the tank tolerate juvenile fish, but spawns
can number in the hundreds, so removing
the babies to another tank is necessary to
keep the main aquarium from becoming
The genus Paretroplus is endemic to the
island of Madagascar, where there are 13
described and one undescribed species.
The adaptive radiation of species that has
eluded the Asian etropline cichlids has
happened to some extent on Madagascar.
There has not been the relative explosion
of species that can be found in places like
Lake Tanganyika or Lake Victoria, most
likely because the cichlids of Madagascar,
known as Malagasy cichlids, are riverine.
This collection of interesting species
ranges in size from the diminutive P.
kieneri, which only grows to 6 inches ( 15
cm), up to the large P. menarambo, which
can reach more than a foot ( 30 cm) in
length. Most of the species have a tall,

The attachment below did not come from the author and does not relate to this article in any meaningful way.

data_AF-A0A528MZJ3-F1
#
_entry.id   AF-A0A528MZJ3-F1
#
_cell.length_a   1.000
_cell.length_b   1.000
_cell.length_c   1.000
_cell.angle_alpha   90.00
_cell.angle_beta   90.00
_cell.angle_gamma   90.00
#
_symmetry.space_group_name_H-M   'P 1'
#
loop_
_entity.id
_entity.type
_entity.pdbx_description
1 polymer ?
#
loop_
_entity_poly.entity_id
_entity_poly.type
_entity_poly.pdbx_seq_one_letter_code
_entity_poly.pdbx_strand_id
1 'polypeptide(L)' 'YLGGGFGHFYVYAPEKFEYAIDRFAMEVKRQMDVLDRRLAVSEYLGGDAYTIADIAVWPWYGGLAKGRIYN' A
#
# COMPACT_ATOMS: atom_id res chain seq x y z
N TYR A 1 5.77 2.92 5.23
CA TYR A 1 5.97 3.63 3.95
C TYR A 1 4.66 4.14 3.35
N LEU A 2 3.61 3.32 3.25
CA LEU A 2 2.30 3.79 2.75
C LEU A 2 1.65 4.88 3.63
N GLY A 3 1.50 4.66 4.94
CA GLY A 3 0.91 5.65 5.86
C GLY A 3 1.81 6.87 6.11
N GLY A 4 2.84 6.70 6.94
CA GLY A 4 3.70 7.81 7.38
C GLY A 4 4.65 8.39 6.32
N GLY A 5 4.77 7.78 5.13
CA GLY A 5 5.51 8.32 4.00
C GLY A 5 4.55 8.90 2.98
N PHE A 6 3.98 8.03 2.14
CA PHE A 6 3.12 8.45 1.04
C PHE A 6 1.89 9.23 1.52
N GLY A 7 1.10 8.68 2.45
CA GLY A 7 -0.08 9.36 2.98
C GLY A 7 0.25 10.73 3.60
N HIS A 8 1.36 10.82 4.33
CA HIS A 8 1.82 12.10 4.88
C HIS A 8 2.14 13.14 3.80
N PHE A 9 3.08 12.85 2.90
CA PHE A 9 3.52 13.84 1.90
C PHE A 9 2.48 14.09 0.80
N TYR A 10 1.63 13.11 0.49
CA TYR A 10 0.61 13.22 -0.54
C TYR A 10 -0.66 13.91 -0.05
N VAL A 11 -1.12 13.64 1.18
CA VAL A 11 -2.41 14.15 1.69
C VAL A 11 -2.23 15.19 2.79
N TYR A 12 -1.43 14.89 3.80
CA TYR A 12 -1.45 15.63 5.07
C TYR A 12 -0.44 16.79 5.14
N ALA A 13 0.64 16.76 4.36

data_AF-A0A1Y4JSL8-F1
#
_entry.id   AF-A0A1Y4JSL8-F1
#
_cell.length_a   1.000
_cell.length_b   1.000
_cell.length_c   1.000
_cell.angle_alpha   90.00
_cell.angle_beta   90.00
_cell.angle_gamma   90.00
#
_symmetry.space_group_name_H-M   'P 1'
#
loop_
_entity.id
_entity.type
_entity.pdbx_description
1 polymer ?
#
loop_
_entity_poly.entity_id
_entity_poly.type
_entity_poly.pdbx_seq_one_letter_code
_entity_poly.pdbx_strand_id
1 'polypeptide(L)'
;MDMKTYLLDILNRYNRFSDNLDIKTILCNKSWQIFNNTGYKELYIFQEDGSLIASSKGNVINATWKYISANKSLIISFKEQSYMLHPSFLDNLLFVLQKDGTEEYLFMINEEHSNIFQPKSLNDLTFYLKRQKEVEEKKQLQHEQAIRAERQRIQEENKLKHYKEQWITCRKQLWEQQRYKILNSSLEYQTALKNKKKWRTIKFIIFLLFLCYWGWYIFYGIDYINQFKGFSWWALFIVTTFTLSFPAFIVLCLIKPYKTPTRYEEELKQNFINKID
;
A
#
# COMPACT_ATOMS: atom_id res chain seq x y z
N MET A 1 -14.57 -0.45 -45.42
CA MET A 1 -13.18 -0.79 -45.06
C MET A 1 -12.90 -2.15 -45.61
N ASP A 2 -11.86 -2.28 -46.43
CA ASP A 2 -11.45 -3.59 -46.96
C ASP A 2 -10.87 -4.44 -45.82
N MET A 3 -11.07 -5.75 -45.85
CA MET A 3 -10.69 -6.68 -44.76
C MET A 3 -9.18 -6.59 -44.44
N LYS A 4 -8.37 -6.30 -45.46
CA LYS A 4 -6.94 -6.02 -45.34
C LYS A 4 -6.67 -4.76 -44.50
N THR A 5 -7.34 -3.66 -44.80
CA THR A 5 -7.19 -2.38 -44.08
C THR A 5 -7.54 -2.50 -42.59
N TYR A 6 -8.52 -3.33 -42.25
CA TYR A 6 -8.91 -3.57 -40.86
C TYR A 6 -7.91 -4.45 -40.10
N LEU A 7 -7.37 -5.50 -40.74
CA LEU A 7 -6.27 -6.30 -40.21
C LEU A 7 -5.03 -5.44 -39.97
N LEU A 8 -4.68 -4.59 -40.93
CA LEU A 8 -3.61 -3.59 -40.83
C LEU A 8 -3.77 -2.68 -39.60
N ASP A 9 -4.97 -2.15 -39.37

laterally compressed body shape with a
pointed face that is similar to the Asian
chromides, but a few of the species are not
All of the Malagasy etropline cichlids are
threatened or endangered in the wild due
to habitat loss and overexploitation for
food. All of them have proven challenging
to breed in an aquarium, although there
have been some successes, with at least
a few species being bred in ponds on
commercial fish farms, most notably Old
World Exotic Fish, Inc., in Florida.
The etropline cichlids of Madagascar are
similar in appearance to the Asian cichlids
but very different in terms of requirements
and behavior. They really deserve a Cichlid
World article of their own! D
20 www.tfhmagazine.com Jul/Aug 2017
Paretroplus menarambo, one of the endangered etropline cichlids from Madagascar.